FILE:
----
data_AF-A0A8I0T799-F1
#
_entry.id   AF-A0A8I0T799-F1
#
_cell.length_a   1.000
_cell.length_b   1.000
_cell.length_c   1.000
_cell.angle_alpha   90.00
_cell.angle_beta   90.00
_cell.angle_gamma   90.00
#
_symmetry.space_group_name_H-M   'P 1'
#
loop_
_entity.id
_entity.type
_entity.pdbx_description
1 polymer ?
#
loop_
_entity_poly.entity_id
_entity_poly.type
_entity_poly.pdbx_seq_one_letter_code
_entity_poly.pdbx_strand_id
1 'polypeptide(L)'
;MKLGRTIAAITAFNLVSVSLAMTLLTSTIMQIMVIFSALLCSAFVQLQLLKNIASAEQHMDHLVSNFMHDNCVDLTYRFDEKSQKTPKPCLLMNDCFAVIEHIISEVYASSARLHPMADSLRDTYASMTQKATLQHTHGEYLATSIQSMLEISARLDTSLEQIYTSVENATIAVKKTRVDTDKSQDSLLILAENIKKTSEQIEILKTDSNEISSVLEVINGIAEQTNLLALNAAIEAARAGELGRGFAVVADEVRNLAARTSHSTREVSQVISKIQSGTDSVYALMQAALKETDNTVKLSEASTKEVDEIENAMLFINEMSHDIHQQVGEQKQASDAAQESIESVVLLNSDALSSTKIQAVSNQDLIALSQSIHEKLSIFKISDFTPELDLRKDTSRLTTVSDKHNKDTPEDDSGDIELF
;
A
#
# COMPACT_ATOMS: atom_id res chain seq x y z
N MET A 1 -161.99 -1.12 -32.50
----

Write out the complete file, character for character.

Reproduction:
data_AF-A0A8I0T799-F1
#
_entry.id   AF-A0A8I0T799-F1
#
_cell.length_a   1.000
_cell.length_b   1.000
_cell.length_c   1.000
_cell.angle_alpha   90.00
_cell.angle_beta   90.00
_cell.angle_gamma   90.00
#
_symmetry.space_group_name_H-M   'P 1'
#
loop_
_entity.id
_entity.type
_entity.pdbx_description
1 polymer ?
#
loop_
_entity_poly.entity_id
_entity_poly.type
_entity_poly.pdbx_seq_one_letter_code
_entity_poly.pdbx_strand_id
1 'polypeptide(L)'
;MKLGRTIAAITAFNLVSVSLAMTLLTSTIMQIMVIFSALLCSAFVQLQLLKNIASAEQHMDHLVSNFMHDNCVDLTYRFDEKSQKTPKPCLLMNDCFAVIEHIISEVYASSARLHPMADSLRDTYASMTQKATLQHTHGEYLATSIQSMLEISARLDTSLEQIYTSVENATIAVKKTRVDTDKSQDSLLILAENIKKTSEQIEILKTDSNEISSVLEVINGIAEQTNLLALNAAIEAARAGELGRGFAVVADEVRNLAARTSHSTREVSQVISKIQSGTDSVYALMQAALKETDNTVKLSEASTKEVDEIENAMLFINEMSHDIHQQVGEQKQASDAAQESIESVVLLNSDALSSTKIQAVSNQDLIALSQSIHEKLSIFKISDFTPELDLRKDTSRLTTVSDKHNKDTPEDDSGDIELF
;
A
#
# COMPACT_ATOMS: atom_id res chain seq x y z
N MET A 1 -161.99 -1.12 -32.50